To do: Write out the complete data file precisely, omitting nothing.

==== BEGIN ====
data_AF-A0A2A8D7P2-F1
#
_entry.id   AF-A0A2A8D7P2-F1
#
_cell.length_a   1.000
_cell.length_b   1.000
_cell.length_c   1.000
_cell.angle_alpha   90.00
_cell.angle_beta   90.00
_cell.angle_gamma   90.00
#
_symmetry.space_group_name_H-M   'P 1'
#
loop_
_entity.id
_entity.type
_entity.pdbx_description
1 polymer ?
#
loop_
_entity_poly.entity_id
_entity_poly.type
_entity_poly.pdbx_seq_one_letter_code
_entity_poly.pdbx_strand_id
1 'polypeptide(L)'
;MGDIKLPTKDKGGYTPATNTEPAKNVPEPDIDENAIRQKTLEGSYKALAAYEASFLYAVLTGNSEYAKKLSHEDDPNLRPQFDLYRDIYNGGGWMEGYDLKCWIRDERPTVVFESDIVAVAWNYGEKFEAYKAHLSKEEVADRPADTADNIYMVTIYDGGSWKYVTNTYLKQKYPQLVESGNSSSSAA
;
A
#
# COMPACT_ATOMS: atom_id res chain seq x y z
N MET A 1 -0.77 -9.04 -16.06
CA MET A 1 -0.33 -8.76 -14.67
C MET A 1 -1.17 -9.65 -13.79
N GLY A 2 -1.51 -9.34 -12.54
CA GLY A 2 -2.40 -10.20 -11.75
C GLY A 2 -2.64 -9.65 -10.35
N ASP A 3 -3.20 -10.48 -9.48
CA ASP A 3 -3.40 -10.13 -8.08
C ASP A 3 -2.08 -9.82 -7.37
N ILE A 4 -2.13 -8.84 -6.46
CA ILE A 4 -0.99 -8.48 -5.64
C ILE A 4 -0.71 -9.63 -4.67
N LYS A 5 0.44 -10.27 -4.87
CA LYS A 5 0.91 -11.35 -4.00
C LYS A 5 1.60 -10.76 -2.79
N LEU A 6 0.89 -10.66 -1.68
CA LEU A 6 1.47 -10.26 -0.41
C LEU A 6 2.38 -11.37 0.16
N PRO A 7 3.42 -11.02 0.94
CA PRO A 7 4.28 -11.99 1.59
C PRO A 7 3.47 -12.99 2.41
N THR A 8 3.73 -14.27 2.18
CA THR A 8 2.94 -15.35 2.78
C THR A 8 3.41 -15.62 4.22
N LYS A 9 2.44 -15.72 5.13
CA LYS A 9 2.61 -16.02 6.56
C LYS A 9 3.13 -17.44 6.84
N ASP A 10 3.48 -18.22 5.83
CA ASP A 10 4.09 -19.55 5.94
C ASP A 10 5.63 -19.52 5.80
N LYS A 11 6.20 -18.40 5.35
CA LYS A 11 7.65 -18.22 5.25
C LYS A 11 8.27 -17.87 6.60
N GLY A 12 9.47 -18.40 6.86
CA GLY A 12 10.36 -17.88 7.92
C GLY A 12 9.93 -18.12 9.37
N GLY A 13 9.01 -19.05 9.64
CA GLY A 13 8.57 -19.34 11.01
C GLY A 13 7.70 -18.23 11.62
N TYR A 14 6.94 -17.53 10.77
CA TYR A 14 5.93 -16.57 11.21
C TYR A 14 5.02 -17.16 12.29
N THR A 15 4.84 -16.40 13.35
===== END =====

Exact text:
data_AF-A0A2A8D7P2-F1
#
_entry.id   AF-A0A2A8D7P2-F1
#
_cell.length_a   1.000
_cell.length_b   1.000
_cell.length_c   1.000
_cell.angle_alpha   90.00
_cell.angle_beta   90.00
_cell.angle_gamma   90.00
#
_symmetry.space_group_name_H-M   'P 1'
#
loop_
_entity.id
_entity.type
_entity.pdbx_description
1 polymer ?
#
loop_
_entity_poly.entity_id
_entity_poly.type
_entity_poly.pdbx_seq_one_letter_code
_entity_poly.pdbx_strand_id
1 'polypeptide(L)'
;MGDIKLPTKDKGGYTPATNTEPAKNVPEPDIDENAIRQKTLEGSYKALAAYEASFLYAVLTGNSEYAKKLSHEDDPNLRPQFDLYRDIYNGGGWMEGYDLKCWIRDERPTVVFESDIVAVAWNYGEKFEAYKAHLSKEEVADRPADTADNIYMVTIYDGGSWKYVTNTYLKQKYPQLVESGNSSSSAA
;
A
#
# COMPACT_ATOMS: atom_id res chain seq x y z
N MET A 1 -0.77 -9.04 -16.06
CA MET A 1 -0.33 -8.76 -14.67
C MET A 1 -1.17 -9.65 -13.79
N GLY A 2 -1.51 -9.34 -12.54
CA GLY A 2 -2.40 -10.20 -11.75
C GLY A 2 -2.64 -9.65 -10.35
N ASP A 3 -3.20 -10.48 -9.48
CA ASP A 3 -3.40 -10.13 -8.08
C ASP A 3 -2.08 -9.82 -7.37
N ILE A 4 -2.13 -8.84 -6.46
CA ILE A 4 -0.99 -8.48 -5.64
C ILE A 4 -0.71 -9.63 -4.67
N LYS A 5 0.44 -10.27 -4.87
CA LYS A 5 0.91 -11.35 -4.00
C LYS A 5 1.60 -10.76 -2.79
N LEU A 6 0.89 -10.66 -1.68
CA LEU A 6 1.47 -10.26 -0.41
C LEU A 6 2.38 -11.37 0.16
N PRO A 7 3.42 -11.02 0.94
CA PRO A 7 4.28 -11.99 1.59
C PRO A 7 3.47 -12.99 2.41
N THR A 8 3.73 -14.27 2.18
CA THR A 8 2.94 -15.35 2.78
C THR A 8 3.41 -15.62 4.22
N LYS A 9 2.44 -15.72 5.13
CA LYS A 9 2.61 -16.02 6.56
C LYS A 9 3.13 -17.44 6.84
N ASP A 10 3.48 -18.22 5.83
CA ASP A 10 4.09 -19.55 5.94
C ASP A 10 5.63 -19.52 5.80
N LYS A 11 6.20 -18.40 5.35
CA LYS A 11 7.65 -18.22 5.25
C LYS A 11 8.27 -17.87 6.60
N GLY A 12 9.47 -18.40 6.86
CA GLY A 12 10.36 -17.88 7.92
C GLY A 12 9.93 -18.12 9.37
N GLY A 13 9.01 -19.05 9.64
CA GLY A 13 8.57 -19.34 11.01
C GLY A 13 7.70 -18.23 11.62
N TYR A 14 6.94 -17.53 10.77
CA TYR A 14 5.93 -16.57 11.21
C TYR A 14 5.02 -17.16 12.29
N THR A 15 4.84 -16.40 13.35